Charles Taylor is a Canadian philosopher who has written extensively on the interplay between the religious and secular attitudes towards life. His recent book, "A Secular Age" explores this relationship in great and thoughtful detail from both a historical and a deeply personal perspective. The book is based in part on the Gifford Lectures that Taylor delivered in Edinburgh in 1997. (William James, a philosopher Taylor admires, also delivered a set of Gifford Lectures which became "The Varieties of Religious Experience".) But the book was expanded greatly from Taylor's Gifford lectures, and he aptly advises the reader "not to think of it as a continuous story-and-argument, but rather as a series of interlocking essays, which shed light on each other,, and offer a context of relevance for each other." (Preface) Taylor's book received the 2007 Templeton Prize. The Templeton Prize is awarded "for progress toward research or discovery about spiritual realities." It carries with it the largest cash award of any major prize or honor.
A good deal of Taylor's book is devoted to understanding the nature of secularism and the different contexts in which the word "secularism" is used. For the larger part of the book, Taylor describes a "secular age" as an age in which unbelief in God or in Transcendent reality has become a live option to many people. He describes our age as such a "secular age" especially among academics and other intellectuals. He wants to give an account of how secularism developed, of its strengths and weaknesses, and of its current significance.
Taylor's book is written on a personal, historical, and contemporary level. Taylor is a believing contemporary Catholic, and much of his treatment of religious belief reflects his own Catholic/Christian commitments. At times, I thought that Taylor's description of the religious life (necessary to his consideration of secularism) was focused too much in the nature of specifically Christian beliefs, such as the Incarnation and the Atonement, which would be of little significance to non-Christian practitioners of religion, such as Jews, Buddhists, or Zoroastrians. Taylor is, in fact, fully aware of the diversity among religious traditions, but his discussion of the religious outlook still at times tilts greatly towards Christianity. The advantage of Taylor's approach (in emphasizing his own religious commitment)is that it gives the book a sense of immediacy and lived experience. The key difference between secularism and religion for Taylor is that the former tends to see human good and human flourishing as focused solely in this world, in, for example, a happy family, a rewarding career, and service to others, while the religious outlook insists that these goods, while precious are not enough. The religious outlook is Transcendent and sees the primary good in life as beyond all individualized, this-worldly human goods.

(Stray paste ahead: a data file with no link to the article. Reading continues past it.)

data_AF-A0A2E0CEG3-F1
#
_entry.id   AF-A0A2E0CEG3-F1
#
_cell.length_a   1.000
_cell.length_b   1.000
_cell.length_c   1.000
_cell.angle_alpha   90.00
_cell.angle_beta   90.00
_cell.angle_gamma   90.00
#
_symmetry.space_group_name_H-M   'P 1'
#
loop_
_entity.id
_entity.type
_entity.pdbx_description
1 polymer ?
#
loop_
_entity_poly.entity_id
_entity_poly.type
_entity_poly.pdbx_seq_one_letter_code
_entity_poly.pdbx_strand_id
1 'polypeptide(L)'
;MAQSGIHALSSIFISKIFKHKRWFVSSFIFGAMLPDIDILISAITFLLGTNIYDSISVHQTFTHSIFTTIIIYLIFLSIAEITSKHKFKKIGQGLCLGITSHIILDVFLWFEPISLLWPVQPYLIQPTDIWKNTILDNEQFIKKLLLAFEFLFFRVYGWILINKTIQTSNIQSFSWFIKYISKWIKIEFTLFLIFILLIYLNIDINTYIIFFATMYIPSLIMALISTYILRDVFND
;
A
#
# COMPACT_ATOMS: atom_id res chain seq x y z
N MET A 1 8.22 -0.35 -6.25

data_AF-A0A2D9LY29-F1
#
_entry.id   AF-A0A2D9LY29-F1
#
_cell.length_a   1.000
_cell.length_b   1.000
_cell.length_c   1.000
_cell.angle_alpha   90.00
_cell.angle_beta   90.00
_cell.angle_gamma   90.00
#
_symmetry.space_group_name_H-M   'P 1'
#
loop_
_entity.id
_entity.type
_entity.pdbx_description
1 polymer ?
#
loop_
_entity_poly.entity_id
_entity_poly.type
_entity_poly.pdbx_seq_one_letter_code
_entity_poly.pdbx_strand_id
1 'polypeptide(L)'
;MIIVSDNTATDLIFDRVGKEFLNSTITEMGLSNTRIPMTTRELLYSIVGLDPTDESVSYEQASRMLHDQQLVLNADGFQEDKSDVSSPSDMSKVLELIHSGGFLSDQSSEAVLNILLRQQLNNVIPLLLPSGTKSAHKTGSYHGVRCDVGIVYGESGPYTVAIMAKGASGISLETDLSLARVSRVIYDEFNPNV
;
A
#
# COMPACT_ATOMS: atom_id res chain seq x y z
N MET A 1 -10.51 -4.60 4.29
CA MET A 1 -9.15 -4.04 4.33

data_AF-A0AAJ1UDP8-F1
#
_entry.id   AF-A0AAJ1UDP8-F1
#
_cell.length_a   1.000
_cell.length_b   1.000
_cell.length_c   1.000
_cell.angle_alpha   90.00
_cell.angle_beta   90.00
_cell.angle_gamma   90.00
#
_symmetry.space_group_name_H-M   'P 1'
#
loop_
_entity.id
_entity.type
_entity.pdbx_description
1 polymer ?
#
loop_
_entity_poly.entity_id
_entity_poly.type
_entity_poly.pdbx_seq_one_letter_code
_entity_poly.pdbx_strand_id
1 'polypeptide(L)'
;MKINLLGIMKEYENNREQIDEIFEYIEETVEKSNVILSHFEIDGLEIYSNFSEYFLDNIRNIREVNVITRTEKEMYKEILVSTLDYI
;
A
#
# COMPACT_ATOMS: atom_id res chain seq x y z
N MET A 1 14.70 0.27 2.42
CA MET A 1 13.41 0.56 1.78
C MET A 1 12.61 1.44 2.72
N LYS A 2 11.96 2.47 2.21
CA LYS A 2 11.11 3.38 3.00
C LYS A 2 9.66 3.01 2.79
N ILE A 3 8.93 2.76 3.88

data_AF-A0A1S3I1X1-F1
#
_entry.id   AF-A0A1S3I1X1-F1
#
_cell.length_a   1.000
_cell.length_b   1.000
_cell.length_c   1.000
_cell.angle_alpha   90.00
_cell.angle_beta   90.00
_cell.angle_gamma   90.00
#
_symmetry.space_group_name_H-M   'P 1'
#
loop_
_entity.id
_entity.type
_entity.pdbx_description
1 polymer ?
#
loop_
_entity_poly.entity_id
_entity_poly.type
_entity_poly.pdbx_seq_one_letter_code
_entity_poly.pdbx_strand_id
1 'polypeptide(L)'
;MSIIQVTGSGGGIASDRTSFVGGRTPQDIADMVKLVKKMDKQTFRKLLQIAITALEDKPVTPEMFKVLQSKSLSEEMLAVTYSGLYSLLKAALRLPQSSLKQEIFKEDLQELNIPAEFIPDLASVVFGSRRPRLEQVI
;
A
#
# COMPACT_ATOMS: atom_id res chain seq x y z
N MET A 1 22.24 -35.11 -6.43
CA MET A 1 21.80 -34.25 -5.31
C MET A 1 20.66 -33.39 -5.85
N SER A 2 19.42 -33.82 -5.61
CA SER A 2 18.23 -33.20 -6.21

From a historical perspective, Taylor tries to reject what he calls the "subtraction story". This story sees secularism as resulting purely from the discoveries of science -- such as Darwin's evolution -- taking away assumptions basic to religion leaving a secular, nonreligious world view by default. He offers learned discussions of the medieval period, the reformation and the Enlightenment, of Romanticism and Victorianism as leading to the development of secularism but to new forms of religious awareness as well. The "subtraction story" for Taylor is a gross oversimplification. Secularism, and the religious responses to it, has a complex, convoluted history with many twists and turns. The impetus for both views, Taylor argues is predominantly ethical -- developing views on what is important for human life -- rather than merely epistemological.
Taylor's approach seems to me greatly influenced by Hegel. He offers a type of dialectic in which one type of religious belief leads to a resulting series of secularist or religious responses which in turn result in other further variants and responses. In spite of his own religious commitments, he acknoledges, and celebrates, the diversity of options people have today towards both secularism and religion. The book is also deeply influenced by Heidegger (and Wittgenstein) in its emphasis on the unstated and unexamined views towards being in the world that, Taylor finds, underlie both religion and secularism.
I found the best portions of the book were those that specifically adressed modern life, as Taylor asseses the importance of an "expressivist" culture, which emphasizes personal fulfillment especially as it involves sexuality, of gender issues and feminism, of this-worldy service to others, and of fanaticism and violence upon issues of secularism and religion. Taylor emphasizes that people today tend to be fluid in their beliefs and to move more frequently than did people in other times between religions, between alternative spiritualities, and, indeed between secularism and religion. He attributes this to the plethora of options in a fragmented age and to a search for meaning among many people that did not seem as pressing in earlier times. Peggy Lee's song "Is that all there is?" is a theme that runs through a great deal of Taylor's book.
Taylor has written a difficult, challenging work that is unlikely to change many people's opinions about their own secularism or religion but that may lead to an increased understanding of individuals for their own views and for those of others. This book is not for the casual reader. It will appeal to those who have wrestled for themeselves with questions of spirituality and secularism.